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Sermons

Breakfast with Jesus

Reading: Gospel: John 21:1-14


Grace to you and peace in the Jesus Christ the Risen One. Amen.


What is your favourite breakfast?


I love breakfast. And I have all sorts of fond memories of breakfast. At my in-law’s family cabin, an old log cabin on the shore of Falcon Lake, the tradition is bacon and eggs for breakfast, sitting around a little round table in the corner of the kitchen. At Luther Village, I love sitting down in the dining hall with other campers, passing around platters of French toast and breakfast sausages. When I went traveling in Germany in my 20s, one of the highlights for me was starting the day with a leisurely Fruhstuck – a hearty German breakfast, with crusty buns and all sorts of cheese and meats, and tomato slices and cucumbers, and a nice hot cup of tea. And when Alyssa and I went traveling on Cape Breton Island, we loved staying at these beautiful little bed-and-breakfasts. Waking up, coming down the stairs, sitting down at a table with other travelers, and our hosts serving us eggs benedict with blueberry scones and tea. And as a kid, my favourite thing about staying overnight at Grandpa’s and Grandma’s place was having a heaping bowl of Corn Pops in the morning.


Breakfast is my favourite meal of the day! And yet, I think that for many of us, breakfast is kind of an afterthought, isn’t it? Many of us eat breakfast alone. It’s rushed – a quick bowl of cereal or piece of toast as we’re running out the door. For some of us, it’s a coffee and Egg McMuffin from the McDonald’s drive-through on the way to work. I remember stopping at a light one morning, and looking over at the driver beside me, who had a piece of toast in one hand, her eyeliner in the other, and her knee on the wheel! And, well, I guess some of us skip breakfast entirely.


But when we take the time to eat breakfast together… it’s a wonderful thing isn’t it? It’s luxurious, it’s leisurely. Breakfast is when we make plans for the day. It’s a time to stop and soak in the beauty of a new day – the sunrise, the birds chirping, the smell of coffee. Breakfast is the start of a new day, a new beginning. And you know, for me, there’s something really beautiful about being a guest in someone’s home – staying overnight in their spare room, waking up in the morning, and hearing them say, “Let’s have breakfast together.”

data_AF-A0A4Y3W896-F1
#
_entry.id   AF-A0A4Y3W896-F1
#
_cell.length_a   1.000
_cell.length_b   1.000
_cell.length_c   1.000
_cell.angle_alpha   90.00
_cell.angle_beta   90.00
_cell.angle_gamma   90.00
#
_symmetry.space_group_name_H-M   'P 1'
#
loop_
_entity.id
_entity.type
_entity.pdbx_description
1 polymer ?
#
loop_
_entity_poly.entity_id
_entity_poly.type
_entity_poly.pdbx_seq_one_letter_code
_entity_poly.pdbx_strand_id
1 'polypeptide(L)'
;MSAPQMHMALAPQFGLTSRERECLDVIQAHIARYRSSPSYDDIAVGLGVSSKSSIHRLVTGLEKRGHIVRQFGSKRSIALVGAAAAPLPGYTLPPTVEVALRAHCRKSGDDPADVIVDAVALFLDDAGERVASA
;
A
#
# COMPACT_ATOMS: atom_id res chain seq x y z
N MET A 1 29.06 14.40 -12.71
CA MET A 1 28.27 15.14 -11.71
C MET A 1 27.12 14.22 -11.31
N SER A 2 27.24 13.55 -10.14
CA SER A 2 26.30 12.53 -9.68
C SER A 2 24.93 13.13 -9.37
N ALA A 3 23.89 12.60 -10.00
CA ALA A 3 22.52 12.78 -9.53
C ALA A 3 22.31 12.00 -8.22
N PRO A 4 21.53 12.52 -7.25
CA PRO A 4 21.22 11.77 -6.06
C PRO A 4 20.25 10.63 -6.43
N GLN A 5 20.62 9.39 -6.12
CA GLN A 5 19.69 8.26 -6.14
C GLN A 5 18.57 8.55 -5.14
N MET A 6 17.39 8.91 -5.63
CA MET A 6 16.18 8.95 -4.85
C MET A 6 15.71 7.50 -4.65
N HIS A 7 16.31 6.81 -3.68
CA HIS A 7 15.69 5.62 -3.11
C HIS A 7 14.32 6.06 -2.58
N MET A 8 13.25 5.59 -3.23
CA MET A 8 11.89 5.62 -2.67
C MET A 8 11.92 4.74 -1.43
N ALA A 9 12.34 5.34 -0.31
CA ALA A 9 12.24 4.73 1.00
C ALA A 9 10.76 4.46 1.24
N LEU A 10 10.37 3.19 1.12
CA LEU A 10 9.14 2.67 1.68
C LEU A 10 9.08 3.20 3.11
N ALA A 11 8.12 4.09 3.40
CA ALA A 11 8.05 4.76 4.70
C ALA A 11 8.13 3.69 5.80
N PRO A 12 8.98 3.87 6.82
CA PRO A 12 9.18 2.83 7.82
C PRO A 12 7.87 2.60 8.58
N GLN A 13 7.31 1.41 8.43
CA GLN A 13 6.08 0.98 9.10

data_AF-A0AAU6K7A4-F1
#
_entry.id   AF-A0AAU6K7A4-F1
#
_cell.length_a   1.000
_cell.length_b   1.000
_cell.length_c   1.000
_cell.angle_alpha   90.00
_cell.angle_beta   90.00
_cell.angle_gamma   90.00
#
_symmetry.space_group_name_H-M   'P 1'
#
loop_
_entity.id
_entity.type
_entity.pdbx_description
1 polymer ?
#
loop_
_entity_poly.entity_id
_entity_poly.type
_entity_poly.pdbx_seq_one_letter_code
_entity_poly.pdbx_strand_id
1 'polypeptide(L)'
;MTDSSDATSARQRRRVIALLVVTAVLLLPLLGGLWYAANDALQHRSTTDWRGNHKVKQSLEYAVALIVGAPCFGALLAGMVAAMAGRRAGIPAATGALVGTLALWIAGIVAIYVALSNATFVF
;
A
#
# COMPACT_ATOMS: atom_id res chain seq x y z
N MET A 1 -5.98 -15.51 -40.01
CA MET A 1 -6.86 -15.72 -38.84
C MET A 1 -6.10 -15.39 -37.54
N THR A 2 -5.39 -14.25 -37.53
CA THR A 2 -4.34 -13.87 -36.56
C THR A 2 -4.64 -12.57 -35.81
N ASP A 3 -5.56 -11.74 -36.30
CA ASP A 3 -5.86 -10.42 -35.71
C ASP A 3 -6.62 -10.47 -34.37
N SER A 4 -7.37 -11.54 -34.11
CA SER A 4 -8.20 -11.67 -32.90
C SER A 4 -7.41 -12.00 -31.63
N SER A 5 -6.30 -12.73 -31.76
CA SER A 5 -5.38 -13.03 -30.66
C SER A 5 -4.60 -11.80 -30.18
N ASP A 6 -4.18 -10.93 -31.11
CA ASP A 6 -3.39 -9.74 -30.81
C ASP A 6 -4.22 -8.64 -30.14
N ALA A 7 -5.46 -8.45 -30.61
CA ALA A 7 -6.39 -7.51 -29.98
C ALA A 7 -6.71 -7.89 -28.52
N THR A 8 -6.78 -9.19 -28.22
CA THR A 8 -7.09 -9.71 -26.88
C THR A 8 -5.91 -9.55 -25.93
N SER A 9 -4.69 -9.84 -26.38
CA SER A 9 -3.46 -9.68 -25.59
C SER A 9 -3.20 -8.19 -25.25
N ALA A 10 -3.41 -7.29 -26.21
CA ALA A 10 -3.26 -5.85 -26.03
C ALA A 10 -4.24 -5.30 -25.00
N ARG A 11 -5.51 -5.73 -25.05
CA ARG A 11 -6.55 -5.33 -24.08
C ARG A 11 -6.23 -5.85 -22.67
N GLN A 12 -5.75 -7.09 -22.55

This Spring, we’re celebrating the Season of Easter – or the Season of New Creation, as we’re calling it – by reading all the resurrection stories in the Gospel of John. On Easter, we were at the empty tomb with Mary Magdalene, who met Jesus there, but who thought he was the gardener until he called her by name. And last week, we were in the upper room with the disciples, when Jesus appeared behind closed doors and said “Peace be with you!” and then breathed into their nostrils the breath of the Holy Spirit.


And today, we’ve got a story about breakfast. Peter and his friends have decided to try some overnight fishing. They’ve been out in the boat all night, but they haven’t caught a thing. The day breaks, and they’re about to head to shore, when Jesus shows up, on the beach. He calls to them: “Have you caught any fish?”

“Not a thing,” they reply.


“Cast your net on the other side of the boat, and you’ll find some.”

They cast their net on the other side, and there are so many fish, that they can’t haul it in! Peter and the Beloved Disciple figure it out right away – “It’s Jesus!” Peter’s so excited, he puts on his clothes, and then he jumps into the lake!! The others are left to try to haul their enormous catch to the shore.

And when they get to the shore, Jesus already has a fire going. He’s already got bread baking and fish roasting. And he says, “Come, let’s have breakfast.”

It’s a new day. A new beginning. And Jesus invites his friends: “Come, let’s have breakfast.”


There’s something so beautiful about this resurrection story, something unlike any of the other resurrection stories we have. Maybe we expect the risen Jesus to show up at the empty tomb, or on a road outside Jerusalem, or even in an upper room, behind locked doors. But we don’t expect the risen Jesus to start a fire on the beach, and make us breakfast, do we? Imagine what a gift that would have been, to have one last breakfast with someone you have loved so dearly.


As I was reading this story this week, I thought to myself, “What if this is what resurrection looks like?” We often think about heaven like, you know, you get to the pearly gates, and St. Peter says, “Here’s your golden harp, come on and join the choir.” But what if instead it’s Jesus, who meets you and says, “Come, have breakfast with us.” And you go in, and at the table are all the people you’ve loved, and all the people who have loved you: they’re all there, waiting for you to join them for breakfast? Wouldn’t that be amazing?


The word breakfast means, literally, to “break your fast.” And today, we are breaking a fast. Over the past two years of pandemic, we have been fasting as a community – fasting from regularly celebrating the Lord’s Supper together as a gathered community. Today, we break that fast, and that fills me with joy. And just as Jesus invited his friends to breakfast with him around that campfire on the beach, Jesus invites us today to breakfast with him as well. He is the host, and we are the guests. And as we share bread and wine – or bread and grape juice – together today, the Risen Christ is among us. Feeding us with his body and blood, just as he fed the 5000 with five loaves and two fish, just as he fed his disciples at the Last Supper, and just as he fed his friends at breakfast on the shores of Galilee.


Come, let’s have breakfast.

Amen.


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